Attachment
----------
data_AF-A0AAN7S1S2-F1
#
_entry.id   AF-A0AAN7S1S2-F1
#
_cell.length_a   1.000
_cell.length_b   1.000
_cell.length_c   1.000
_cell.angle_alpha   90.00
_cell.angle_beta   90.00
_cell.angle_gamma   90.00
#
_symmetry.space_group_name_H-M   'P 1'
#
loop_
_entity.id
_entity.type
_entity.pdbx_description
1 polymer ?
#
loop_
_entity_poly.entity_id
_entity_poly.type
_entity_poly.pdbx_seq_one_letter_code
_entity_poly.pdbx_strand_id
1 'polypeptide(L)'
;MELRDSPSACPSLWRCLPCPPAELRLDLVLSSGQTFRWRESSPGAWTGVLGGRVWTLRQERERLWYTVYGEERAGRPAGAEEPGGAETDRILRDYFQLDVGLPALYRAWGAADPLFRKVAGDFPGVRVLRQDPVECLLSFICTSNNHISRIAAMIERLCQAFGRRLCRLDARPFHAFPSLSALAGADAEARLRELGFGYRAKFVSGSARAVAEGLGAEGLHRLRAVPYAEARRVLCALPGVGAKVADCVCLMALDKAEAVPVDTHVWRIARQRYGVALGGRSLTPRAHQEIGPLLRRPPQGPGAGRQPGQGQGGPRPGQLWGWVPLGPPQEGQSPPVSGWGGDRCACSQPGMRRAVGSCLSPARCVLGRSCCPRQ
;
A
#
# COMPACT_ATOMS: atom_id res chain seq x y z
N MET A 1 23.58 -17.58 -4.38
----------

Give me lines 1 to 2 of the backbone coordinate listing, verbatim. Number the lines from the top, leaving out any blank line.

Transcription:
data_AF-A0AAN7S1S2-F1
#